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Hospital shelled in Sri Lanka conflict

  • Story Highlights
  • Sri Lankan hospital hit by artillery shells
  • Children young as 4 months treated in local hospitals for shrapnel injuries
  • Aid workers rescue 50 critically injured children and 105 adults
  • Sri Lankan President has promised to allow safe passage to trapped civilians
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(CNN) -- Artillery shells slammed into a hospital Sunday in the northern Sri Lankan district of Mullaittivu, where civilians -- including a growing number of children -- are being treated as government forces and Tamil rebels continue to clash.

A Sri Lankan soldier walks through Mullaittivu, the former military headquarters of the Tamil rebels.

A Sri Lankan soldier walks through Mullaittivu, the former military headquarters of the Tamil rebels.

More than 200 civilians and at least 30 children have been injured in the last three days of fighting, a relief worker told CNN Sunday.

"That is the absolute minimum (number of injured)," the aid worker, who did not want to be identified for fear of jeopardizing the work of relief organizations, said.

Government officials are accusing aid organizations and foreign media of sensationalizing civilian casualties.

"It looks as if it's convenient for certain agencies to exaggerate the numbers so that this can be converted to a humanitarian crisis in the public eye, " Secretary of Foreign Affairs Dr. Palitha Kohona told CNN.

On Sunday, Sri Lankan Defense Secretary Gotabaya Rajapaksa promised to "continue with the military offensive until we liberate the remaining area under LTTE (the rebel group) control," according to Sri Lanka's state-run news agency. Video Watch a report on civilians caught in fighting »

A "handful" of United Nations staff are working around the clock to save a growing number of children caught in the crossfire, a U.N. spokesman said Saturday.

Children as young as 4 months old were being treated in local hospitals for shrapnel injuries and other "wounds of war," spokesman James Elder told CNN.

"There is just intense fighting in a small area where children and other civilians are," Elder said. "The space (where conflict is taking place) is shrinking and the fighting is augmenting."

Thursday, U.N. aid workers rescued 50 critically injured children and 105 adults, he said.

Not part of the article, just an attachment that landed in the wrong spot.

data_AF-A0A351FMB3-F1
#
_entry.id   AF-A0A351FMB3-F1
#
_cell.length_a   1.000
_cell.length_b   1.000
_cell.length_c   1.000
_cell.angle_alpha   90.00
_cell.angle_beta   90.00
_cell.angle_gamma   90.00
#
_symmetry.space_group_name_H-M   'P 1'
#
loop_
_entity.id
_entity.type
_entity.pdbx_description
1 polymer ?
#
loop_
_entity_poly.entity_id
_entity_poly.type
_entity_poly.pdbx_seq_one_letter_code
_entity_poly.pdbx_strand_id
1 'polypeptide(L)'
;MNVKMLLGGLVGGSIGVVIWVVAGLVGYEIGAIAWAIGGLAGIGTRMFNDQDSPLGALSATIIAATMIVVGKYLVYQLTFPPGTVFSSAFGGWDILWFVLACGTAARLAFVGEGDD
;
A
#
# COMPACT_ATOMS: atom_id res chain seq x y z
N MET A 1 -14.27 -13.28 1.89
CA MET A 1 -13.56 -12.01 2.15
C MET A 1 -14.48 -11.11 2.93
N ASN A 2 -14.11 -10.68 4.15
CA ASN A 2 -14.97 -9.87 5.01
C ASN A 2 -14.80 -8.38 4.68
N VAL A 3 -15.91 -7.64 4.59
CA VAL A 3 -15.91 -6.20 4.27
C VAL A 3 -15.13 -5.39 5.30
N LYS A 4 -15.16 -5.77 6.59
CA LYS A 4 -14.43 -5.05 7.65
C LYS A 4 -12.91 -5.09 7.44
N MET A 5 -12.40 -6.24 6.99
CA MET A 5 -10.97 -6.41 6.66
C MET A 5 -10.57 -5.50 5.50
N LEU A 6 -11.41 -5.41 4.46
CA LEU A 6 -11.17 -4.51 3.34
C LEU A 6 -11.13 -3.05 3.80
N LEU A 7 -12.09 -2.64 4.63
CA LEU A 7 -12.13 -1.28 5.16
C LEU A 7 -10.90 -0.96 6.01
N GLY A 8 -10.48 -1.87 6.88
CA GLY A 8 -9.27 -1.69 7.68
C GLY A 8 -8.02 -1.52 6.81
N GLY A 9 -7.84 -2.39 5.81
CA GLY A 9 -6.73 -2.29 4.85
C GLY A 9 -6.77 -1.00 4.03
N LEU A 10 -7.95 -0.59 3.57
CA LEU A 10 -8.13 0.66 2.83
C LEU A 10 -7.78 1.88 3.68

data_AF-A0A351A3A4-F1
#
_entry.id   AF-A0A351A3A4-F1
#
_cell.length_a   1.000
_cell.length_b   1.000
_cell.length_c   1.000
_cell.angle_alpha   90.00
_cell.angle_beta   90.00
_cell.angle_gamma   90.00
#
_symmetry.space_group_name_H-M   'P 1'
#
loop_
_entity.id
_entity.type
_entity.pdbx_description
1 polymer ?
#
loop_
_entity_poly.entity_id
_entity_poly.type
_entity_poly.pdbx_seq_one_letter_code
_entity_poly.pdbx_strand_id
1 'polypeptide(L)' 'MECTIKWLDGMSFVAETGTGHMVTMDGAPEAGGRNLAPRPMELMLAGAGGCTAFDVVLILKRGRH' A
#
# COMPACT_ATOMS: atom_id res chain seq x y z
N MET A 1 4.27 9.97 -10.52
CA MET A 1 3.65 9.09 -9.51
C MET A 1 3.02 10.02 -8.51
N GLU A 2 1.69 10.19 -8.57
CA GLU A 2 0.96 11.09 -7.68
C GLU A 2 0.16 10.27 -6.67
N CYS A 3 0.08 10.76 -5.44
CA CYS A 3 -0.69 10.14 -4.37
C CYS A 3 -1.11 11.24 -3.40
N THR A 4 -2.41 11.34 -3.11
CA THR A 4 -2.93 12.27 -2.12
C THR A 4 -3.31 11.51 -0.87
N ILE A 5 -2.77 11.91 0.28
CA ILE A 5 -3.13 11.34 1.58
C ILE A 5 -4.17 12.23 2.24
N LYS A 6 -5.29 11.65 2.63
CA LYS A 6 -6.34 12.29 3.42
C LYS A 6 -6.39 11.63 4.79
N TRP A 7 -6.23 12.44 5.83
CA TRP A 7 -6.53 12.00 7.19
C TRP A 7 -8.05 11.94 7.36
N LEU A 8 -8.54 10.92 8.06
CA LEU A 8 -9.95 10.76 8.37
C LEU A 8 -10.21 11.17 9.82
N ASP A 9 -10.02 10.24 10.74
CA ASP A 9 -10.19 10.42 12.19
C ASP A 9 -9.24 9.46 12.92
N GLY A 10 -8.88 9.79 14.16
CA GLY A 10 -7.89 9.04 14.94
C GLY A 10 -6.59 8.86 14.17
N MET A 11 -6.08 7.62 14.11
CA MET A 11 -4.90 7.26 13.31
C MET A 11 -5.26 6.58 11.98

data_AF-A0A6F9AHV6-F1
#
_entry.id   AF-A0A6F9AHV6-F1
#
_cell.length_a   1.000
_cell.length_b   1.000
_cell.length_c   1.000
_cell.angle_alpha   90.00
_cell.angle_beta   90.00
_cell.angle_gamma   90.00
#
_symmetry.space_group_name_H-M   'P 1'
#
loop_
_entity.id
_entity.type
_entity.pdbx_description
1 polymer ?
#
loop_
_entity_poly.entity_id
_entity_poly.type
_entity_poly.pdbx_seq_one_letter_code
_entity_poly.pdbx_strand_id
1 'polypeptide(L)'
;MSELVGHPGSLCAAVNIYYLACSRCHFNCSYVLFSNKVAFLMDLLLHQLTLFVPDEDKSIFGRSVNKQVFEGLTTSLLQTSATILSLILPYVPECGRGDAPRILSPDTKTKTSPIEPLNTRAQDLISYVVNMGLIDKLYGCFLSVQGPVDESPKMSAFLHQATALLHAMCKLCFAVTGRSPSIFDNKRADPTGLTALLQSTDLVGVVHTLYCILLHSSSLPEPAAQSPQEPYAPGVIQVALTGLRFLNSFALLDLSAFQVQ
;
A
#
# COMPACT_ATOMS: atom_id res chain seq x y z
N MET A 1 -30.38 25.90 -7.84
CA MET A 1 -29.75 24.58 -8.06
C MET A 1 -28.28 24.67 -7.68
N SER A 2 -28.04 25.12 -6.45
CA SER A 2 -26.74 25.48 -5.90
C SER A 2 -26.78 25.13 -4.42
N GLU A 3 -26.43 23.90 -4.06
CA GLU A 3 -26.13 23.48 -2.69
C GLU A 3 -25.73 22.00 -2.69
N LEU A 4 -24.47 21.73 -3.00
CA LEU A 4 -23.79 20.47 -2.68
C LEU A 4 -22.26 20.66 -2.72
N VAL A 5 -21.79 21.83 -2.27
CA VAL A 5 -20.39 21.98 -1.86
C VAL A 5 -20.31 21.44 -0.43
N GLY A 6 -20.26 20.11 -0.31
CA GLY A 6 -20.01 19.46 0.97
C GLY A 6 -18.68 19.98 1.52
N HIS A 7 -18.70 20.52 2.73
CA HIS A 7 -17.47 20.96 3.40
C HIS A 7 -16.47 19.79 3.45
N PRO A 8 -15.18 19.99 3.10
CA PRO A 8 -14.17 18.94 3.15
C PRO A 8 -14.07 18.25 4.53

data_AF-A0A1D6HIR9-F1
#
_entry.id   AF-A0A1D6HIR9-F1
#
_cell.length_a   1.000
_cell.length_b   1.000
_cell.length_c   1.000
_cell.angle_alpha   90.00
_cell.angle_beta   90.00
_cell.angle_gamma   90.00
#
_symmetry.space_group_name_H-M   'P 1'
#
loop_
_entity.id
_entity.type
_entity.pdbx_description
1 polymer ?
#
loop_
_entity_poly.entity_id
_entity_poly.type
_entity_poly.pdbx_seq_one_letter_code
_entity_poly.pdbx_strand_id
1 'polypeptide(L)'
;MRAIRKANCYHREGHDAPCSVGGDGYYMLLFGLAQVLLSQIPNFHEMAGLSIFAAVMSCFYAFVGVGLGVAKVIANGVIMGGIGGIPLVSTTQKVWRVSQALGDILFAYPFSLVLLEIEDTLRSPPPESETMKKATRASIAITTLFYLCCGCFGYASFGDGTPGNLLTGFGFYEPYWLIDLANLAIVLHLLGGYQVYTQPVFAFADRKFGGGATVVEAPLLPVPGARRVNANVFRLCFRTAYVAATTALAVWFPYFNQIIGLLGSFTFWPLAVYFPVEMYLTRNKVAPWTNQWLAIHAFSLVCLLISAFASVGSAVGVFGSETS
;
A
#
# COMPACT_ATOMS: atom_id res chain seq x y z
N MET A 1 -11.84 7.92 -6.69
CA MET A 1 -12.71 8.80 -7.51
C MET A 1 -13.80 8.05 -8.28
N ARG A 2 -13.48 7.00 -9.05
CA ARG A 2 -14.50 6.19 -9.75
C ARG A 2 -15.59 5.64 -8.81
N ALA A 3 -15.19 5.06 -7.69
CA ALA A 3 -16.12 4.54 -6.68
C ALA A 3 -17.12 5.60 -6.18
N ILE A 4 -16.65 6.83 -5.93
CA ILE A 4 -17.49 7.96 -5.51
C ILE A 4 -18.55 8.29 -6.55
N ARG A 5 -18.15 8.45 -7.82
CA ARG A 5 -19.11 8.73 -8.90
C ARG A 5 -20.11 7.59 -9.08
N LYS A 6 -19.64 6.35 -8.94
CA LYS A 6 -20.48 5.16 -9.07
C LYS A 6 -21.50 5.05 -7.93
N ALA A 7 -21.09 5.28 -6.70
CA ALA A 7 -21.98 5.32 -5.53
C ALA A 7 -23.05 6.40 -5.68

"We are trying to get as many people out of there as we can," Elder said.

Humanitarian groups say as many as 250,000 unprotected civilians are trapped in the area.

Sri Lankan President Mahinda Rajapaksa has promised to allow safe passage to trapped civilians and urged the Tamil Tigers to promise the same.

"We have declared a safe zone for civilians, the coordinates of which were announced by the security forces," Rajapaksa said on his government's Web site. "It is unfortunate that the (Tamil Tiger group) is exploiting this declared safe zone for civilians by placing their heavy artillery within the safe zone and using it as a launching pad to attack security forces and indiscriminately kill civilians."

The fighting has created a "nightmarish" situation for civilians in the conflict zone, Elder said.

An emerging shortage of humanitarian supplies and diminished access to clean water, sanitation, and food are compounding a crisis, he said.

Sunday, Sri Lankan soldiers seized a key rebel stronghold in a surprise attack deep in Tamil held territory.


Troops crossed a lagoon and entered the town of Mullaittivu before encountering heavy resistance from Tamil fighters, according to the government-run news agency.

The The Liberation Tigers of Tamil Eelam (LTTE) -- commonly known as the Tamil Tigers -- have fought for an independent homeland for the country's ethnic Tamil minority since 1983. The civil war has left more than 70,000 people dead.

All About Liberation Tigers of Tamil EelamSri LankaBan Ki-moonUnited Nations

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